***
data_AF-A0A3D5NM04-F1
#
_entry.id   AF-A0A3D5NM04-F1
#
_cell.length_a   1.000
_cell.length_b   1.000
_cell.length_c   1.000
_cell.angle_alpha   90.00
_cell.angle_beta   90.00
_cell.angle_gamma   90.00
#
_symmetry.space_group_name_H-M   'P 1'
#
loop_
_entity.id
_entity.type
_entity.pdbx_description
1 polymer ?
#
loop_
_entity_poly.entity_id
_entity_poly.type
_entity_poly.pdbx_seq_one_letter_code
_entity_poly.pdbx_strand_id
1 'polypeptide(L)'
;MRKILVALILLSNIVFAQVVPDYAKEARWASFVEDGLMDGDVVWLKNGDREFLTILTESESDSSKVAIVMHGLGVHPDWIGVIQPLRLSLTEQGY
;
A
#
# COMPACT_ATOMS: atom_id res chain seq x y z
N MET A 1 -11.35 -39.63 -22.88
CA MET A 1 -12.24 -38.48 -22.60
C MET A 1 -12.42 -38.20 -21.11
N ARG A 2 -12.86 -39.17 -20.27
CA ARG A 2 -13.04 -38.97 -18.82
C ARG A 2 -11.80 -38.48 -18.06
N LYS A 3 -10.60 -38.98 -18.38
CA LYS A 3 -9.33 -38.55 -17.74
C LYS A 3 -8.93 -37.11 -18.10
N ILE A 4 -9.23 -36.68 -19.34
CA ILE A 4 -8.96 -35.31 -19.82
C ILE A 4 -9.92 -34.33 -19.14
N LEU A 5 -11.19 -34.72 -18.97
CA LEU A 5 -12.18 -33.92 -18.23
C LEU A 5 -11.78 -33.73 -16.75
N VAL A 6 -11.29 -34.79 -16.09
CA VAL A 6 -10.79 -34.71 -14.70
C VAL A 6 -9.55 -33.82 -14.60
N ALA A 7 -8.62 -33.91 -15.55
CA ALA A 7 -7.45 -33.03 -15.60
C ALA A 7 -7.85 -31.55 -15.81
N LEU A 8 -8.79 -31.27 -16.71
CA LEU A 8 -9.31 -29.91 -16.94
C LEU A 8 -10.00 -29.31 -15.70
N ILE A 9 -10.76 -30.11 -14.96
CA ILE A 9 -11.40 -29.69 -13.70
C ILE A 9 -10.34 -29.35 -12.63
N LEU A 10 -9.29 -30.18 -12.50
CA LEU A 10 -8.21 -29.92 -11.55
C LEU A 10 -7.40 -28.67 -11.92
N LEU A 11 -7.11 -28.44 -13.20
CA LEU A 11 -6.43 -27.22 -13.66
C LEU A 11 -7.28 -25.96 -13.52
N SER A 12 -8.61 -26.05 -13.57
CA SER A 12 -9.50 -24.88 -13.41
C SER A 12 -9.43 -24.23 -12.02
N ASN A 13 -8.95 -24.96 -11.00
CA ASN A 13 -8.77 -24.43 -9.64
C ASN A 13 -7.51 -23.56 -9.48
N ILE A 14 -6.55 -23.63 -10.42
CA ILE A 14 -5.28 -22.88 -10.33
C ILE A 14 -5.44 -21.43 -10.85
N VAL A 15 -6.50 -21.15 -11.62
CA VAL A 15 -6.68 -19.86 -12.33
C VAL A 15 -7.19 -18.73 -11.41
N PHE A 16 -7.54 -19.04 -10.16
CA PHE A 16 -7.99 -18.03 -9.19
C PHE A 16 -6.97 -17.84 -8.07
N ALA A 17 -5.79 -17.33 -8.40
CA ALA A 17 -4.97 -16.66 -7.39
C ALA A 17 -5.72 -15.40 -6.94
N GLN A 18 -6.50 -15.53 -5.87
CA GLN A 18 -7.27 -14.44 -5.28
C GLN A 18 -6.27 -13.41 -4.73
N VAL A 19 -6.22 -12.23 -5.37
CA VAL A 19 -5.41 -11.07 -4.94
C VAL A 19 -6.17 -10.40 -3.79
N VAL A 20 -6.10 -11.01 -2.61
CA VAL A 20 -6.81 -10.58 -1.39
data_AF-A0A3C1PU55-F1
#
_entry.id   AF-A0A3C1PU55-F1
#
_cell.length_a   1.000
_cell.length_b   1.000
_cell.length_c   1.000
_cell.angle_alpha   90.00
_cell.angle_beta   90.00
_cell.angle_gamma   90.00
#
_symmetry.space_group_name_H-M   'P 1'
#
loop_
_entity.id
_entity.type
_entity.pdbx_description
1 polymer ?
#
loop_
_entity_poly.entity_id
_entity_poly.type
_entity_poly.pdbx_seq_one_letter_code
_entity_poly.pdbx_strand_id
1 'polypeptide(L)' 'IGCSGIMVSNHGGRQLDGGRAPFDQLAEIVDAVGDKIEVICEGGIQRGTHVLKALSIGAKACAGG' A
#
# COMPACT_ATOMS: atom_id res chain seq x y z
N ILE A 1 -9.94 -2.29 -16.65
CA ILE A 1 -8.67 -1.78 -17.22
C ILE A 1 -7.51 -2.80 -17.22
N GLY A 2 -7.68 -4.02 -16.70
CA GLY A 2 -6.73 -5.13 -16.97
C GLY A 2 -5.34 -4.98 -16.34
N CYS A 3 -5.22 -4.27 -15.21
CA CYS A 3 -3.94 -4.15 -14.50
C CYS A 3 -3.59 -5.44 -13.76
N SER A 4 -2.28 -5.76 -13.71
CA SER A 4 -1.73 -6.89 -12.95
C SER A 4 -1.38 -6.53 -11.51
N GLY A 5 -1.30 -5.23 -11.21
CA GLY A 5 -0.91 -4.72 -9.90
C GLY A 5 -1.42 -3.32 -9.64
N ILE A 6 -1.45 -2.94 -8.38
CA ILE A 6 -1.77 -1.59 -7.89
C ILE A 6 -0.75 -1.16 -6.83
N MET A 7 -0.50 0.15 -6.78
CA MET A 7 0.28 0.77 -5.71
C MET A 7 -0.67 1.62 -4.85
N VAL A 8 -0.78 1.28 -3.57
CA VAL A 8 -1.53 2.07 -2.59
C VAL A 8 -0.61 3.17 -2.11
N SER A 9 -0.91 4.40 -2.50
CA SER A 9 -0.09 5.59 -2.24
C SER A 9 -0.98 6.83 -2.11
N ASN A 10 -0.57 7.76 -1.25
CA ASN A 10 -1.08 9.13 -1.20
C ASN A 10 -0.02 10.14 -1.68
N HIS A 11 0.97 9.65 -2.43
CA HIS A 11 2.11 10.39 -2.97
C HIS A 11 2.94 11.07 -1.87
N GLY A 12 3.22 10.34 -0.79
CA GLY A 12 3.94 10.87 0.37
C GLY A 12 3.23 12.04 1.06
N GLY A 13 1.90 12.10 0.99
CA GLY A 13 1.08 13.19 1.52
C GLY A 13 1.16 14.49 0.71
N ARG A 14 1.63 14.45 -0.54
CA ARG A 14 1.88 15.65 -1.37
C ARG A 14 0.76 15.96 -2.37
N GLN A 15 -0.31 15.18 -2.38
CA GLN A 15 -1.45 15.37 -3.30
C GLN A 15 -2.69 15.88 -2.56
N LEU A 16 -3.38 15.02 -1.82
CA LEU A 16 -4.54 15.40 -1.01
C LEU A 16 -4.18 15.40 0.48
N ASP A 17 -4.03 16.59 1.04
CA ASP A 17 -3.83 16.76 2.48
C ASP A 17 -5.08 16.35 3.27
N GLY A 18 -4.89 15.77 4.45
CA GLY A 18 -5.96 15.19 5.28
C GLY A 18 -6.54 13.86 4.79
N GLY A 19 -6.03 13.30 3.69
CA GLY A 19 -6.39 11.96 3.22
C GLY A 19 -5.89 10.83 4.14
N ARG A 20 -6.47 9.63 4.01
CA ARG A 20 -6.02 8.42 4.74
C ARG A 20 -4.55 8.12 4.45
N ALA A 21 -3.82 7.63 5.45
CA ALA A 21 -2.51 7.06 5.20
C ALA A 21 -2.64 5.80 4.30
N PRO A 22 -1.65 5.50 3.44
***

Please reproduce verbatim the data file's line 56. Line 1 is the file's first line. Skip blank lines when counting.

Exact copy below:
CA ILE A 9 -11.40 -29.69 -13.70